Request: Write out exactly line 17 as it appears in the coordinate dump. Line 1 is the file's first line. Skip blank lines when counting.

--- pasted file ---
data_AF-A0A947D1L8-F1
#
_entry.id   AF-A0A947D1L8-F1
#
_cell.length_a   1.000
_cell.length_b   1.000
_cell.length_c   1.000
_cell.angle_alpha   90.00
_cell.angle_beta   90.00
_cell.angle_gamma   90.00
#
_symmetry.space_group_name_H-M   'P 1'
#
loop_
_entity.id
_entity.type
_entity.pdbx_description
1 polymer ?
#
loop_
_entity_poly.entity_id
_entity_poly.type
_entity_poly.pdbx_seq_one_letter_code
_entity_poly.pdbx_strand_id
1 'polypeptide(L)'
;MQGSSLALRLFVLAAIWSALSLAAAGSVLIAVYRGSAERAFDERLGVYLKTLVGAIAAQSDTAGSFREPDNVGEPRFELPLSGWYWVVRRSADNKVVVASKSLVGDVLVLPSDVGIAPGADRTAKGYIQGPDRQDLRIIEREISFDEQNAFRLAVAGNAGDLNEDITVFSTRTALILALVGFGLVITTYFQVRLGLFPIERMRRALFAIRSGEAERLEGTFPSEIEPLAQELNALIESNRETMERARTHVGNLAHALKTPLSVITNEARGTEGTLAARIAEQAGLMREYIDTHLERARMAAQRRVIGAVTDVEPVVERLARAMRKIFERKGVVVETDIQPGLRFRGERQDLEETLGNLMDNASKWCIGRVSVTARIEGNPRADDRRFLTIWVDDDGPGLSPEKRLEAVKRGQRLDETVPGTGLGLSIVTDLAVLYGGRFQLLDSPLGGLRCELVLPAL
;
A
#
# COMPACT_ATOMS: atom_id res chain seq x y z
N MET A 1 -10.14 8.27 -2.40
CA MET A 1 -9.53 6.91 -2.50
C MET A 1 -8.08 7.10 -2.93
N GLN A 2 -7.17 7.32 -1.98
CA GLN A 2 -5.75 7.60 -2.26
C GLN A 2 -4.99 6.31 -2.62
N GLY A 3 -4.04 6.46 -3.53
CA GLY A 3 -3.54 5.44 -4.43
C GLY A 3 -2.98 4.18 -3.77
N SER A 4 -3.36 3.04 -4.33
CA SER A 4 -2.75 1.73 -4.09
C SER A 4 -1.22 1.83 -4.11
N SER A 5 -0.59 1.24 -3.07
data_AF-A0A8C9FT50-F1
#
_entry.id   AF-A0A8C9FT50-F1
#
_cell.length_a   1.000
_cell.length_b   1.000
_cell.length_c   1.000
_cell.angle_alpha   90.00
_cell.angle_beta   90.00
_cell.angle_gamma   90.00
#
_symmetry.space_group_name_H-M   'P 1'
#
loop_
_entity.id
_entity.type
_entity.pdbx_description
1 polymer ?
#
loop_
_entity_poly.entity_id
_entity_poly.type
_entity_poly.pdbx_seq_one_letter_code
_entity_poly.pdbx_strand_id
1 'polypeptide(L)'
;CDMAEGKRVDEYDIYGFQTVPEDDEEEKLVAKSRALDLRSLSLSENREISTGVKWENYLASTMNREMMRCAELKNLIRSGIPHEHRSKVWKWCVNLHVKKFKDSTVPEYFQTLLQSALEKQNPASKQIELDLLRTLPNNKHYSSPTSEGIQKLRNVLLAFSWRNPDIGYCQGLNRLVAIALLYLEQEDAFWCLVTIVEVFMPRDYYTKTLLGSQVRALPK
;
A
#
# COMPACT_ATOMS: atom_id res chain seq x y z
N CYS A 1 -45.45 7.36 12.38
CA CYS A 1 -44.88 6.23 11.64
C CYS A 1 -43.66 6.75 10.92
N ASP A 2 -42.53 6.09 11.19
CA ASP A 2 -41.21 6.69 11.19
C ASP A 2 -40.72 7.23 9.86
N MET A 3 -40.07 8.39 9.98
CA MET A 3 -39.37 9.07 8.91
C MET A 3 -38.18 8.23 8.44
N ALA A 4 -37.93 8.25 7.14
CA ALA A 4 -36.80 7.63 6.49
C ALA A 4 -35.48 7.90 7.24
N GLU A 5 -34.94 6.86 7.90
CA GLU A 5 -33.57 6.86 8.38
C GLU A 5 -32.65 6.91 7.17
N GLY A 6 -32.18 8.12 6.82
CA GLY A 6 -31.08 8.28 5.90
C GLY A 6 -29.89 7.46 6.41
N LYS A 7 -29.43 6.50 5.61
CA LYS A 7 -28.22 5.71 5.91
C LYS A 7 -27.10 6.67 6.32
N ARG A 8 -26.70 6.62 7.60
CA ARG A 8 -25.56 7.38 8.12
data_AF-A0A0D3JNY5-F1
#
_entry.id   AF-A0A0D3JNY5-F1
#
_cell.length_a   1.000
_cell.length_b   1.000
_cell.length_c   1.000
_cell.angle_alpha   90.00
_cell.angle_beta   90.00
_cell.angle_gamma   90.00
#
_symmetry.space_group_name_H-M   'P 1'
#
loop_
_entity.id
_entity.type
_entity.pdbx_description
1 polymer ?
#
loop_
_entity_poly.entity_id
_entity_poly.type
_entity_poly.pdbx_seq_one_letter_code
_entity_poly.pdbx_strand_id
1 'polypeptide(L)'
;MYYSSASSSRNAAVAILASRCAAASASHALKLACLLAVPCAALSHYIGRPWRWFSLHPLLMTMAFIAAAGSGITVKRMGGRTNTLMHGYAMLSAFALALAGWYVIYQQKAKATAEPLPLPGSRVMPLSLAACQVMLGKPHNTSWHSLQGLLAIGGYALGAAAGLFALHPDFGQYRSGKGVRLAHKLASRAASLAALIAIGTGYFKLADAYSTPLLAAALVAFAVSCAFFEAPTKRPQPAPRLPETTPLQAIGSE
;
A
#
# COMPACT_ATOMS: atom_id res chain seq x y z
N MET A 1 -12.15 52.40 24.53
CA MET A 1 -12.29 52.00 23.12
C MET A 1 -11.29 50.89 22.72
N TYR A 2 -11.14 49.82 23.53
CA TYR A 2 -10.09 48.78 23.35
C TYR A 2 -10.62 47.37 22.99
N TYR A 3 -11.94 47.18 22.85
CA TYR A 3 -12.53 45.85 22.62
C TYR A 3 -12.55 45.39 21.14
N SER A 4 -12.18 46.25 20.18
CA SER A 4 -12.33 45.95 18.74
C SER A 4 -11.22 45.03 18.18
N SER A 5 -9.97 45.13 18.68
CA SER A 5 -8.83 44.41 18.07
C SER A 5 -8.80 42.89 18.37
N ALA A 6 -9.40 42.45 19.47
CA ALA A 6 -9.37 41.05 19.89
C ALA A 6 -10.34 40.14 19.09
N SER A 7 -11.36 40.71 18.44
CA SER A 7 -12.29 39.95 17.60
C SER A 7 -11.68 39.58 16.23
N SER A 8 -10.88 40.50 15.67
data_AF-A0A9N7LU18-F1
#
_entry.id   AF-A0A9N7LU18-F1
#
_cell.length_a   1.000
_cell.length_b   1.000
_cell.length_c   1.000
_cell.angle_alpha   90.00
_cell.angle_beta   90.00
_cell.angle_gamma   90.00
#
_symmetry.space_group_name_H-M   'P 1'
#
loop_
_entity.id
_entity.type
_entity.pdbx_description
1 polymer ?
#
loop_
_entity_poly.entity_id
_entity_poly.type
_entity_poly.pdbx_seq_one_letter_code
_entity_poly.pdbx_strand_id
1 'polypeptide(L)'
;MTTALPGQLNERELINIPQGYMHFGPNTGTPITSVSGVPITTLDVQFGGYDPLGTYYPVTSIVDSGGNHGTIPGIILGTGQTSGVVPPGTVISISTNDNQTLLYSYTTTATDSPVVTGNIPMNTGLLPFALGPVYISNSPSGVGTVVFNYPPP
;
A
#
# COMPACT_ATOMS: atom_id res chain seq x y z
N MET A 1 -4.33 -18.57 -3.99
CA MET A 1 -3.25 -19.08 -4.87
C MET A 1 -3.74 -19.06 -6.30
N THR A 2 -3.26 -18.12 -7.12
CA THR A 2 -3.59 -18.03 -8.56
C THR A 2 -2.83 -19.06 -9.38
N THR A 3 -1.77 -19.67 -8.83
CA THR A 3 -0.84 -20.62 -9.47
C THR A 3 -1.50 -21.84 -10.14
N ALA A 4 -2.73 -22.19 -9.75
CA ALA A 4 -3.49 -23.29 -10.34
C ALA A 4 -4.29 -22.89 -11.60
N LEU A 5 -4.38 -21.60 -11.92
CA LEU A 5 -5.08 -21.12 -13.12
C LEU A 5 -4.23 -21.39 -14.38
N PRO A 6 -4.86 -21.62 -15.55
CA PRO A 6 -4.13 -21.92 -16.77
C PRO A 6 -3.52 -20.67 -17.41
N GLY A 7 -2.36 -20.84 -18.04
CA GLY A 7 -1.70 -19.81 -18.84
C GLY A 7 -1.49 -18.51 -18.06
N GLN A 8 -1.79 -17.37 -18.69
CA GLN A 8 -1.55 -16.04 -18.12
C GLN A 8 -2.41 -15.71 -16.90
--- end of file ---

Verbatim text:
_entity.pdbx_description